The voltage of the input current controls the motor speed of a typical electric bike motor. Motor RPM depends on the voltage and the winding constant, which is often given in Kv values. A higher Kv brushless motor, which will have fewer windings but thicker wire, will spin faster at a given voltage. A lower Kv motor, with more windings, will require higher voltage current flow in order to reach the same rpm. In other words, more voltage per RPM. So if you know the speed you need your electric motor to run, based on wheel speed and gearing, and you know the battery voltage you’ll be able to provide, you can figure out what Kv value works for your speed range.

A motor with a high KV value that’s too small won’t be able to provide enough torque to get your bike moving, while a low Kv motor will require high voltage to get it turning at its most efficient speed range.

Torque and Watts

Watts is a measure of power, or how much work a motor can do in a given amount of time. Motors with the same output rating in watts can have different motor rpm and torque characteristics, however. Power equals torque times RPM, so a low torque motor spinning at a higher motor speed can have the same output as a high torque motor spinning at a lower RPM.

Input vs Output Wattage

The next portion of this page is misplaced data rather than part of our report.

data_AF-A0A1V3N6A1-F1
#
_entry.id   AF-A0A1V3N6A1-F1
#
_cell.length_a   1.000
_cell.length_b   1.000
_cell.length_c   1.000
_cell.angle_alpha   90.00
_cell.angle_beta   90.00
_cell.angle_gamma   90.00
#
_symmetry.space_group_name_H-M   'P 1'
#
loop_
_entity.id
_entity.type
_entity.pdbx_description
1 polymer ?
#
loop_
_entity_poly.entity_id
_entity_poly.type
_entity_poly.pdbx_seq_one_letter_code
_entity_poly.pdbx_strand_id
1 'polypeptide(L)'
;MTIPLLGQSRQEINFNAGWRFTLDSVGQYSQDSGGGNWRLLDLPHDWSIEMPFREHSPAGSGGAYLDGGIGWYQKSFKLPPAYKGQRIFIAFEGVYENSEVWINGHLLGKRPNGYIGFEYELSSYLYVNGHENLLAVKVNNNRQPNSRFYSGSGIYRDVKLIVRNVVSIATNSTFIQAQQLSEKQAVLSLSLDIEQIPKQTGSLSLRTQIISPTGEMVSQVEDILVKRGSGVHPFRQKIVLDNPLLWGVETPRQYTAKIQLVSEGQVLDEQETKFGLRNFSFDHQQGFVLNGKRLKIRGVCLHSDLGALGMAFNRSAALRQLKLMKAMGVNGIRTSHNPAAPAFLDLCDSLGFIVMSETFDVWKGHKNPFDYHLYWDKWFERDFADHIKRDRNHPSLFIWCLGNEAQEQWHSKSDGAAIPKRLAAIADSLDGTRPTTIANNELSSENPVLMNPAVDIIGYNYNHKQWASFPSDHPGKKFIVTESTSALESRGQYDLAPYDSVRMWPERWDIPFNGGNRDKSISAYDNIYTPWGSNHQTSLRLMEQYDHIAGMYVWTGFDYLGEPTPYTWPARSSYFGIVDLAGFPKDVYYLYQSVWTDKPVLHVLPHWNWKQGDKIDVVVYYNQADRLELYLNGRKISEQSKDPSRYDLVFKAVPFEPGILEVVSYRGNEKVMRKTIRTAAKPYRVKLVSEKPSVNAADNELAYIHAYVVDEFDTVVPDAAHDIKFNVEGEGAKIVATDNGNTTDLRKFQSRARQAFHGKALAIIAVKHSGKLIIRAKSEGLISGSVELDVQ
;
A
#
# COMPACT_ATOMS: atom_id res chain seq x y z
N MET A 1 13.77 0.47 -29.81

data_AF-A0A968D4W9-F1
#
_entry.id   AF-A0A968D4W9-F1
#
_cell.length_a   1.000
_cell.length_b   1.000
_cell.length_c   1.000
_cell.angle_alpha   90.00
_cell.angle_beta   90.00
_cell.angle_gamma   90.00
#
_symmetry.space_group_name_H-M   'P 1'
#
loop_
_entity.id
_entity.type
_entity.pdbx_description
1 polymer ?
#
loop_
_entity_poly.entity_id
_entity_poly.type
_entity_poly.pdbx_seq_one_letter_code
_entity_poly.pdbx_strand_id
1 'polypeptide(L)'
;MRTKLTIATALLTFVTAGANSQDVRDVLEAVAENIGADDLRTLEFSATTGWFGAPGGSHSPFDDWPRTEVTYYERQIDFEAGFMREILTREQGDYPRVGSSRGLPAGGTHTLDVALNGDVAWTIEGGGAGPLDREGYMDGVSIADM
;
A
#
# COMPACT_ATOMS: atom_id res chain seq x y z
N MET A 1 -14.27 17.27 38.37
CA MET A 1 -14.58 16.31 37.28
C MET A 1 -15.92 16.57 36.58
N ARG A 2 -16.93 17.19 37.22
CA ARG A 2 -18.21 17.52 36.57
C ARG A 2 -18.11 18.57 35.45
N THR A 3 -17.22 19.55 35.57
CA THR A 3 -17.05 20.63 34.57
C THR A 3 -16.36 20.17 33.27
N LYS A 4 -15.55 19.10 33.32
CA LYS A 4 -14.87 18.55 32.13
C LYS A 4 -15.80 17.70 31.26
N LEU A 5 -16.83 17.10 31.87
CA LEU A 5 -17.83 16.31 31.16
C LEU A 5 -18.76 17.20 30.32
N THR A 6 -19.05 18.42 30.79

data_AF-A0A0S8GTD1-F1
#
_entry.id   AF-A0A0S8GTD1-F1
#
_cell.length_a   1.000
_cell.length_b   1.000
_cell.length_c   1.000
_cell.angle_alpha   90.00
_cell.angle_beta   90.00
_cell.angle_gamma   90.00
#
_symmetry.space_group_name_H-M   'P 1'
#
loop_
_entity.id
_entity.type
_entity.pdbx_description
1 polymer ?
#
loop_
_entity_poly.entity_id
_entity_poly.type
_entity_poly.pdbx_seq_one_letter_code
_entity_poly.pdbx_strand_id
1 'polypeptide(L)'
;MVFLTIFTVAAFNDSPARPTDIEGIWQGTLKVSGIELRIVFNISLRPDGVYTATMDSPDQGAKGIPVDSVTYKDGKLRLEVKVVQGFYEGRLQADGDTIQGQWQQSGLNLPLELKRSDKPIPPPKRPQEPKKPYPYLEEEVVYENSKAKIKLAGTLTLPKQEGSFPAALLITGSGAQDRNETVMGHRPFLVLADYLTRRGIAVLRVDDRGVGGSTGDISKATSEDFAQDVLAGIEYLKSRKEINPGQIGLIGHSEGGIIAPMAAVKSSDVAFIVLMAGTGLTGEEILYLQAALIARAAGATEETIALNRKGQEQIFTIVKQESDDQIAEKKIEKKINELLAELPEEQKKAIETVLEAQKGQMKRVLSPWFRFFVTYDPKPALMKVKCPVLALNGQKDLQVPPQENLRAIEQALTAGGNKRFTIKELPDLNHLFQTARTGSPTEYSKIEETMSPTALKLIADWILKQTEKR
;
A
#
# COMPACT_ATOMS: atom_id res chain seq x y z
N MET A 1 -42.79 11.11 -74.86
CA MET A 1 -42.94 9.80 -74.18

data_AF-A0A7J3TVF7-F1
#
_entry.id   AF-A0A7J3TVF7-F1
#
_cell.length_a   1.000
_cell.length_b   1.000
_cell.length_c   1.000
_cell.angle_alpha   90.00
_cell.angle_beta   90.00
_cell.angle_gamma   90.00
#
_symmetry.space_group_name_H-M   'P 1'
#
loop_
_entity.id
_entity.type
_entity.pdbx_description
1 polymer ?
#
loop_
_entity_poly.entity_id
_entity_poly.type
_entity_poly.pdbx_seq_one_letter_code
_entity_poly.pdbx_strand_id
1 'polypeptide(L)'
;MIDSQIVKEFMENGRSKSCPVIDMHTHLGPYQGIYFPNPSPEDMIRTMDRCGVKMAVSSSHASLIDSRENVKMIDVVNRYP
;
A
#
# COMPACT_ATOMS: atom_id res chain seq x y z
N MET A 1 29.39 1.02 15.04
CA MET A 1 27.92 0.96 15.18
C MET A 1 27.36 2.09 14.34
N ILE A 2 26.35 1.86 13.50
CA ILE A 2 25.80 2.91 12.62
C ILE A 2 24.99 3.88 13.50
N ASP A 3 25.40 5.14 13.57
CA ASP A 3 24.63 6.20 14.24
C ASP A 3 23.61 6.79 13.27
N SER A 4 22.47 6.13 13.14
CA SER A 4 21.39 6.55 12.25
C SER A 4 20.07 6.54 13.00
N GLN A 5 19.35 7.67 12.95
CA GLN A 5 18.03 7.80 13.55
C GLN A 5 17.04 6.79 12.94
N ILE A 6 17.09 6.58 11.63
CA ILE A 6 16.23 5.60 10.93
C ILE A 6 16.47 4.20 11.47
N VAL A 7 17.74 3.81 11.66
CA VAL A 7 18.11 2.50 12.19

Electric RC motors are often advertised by maximum power input or peak output watts. These are different values and may be confusing, as neither figure reflects the actual sustained performance of the motor. Power output will be at most about 80-95% of the input in watts. This figure depends on the efficiency of the motor, which in turn depends on the resistance of the motor windings, the air gap between the rotor and stator, and the heat build-up in the magnets and copper wires.


The E-Bike market is expected to generate over $20 billion in global revenue between 2020 and 2023.

44 US states have a separate legal classification for E-Bikes

US Electric bike sales grew by 145% from 2019 to 2020



Peter Campbell (1996). Permanent Magnet Materials and Their Application. Cambridge University Press. p. 172. ISBN 978-0-521-56688-9.

Brushless Motor Kv Constant Explained. Learningrc.com (2015-07-29). Retrieved on 2019-12-26.

What Kv Motor Does Your Electric Bike Need FAQ

How much battery range do I need?

To figure out the needed battery size, you'll want to plot out the length of your commute or other common errands and be sure to take into account the effect of hills, ambient temperature, and traffic. A 2-mile commute in San Francisco will probably use more electricity than a 2-mile commute on flat ground. Also, the efficiency of Li-ion cells goes down when it's cold out.

How do I increase the range of my electric bike?

A well-designed controller with throttles and pedal-assist can greatly increase the range of an electric bicycle. You can also increase range by using a wide voltage range controller that lets you take advantage of regen, sending current back into the system when decelerating or maintaining a constant speed going downhill.

Are 250 Watts enough for an e-Bike?

For an e-Bike that's mainly a pedal assist, 250 watts is useful and allows for small, unobtrusive motor and downtube battery components, but if you don't want to pedal, or if you carry cargo or go up steep hills, you may want more power.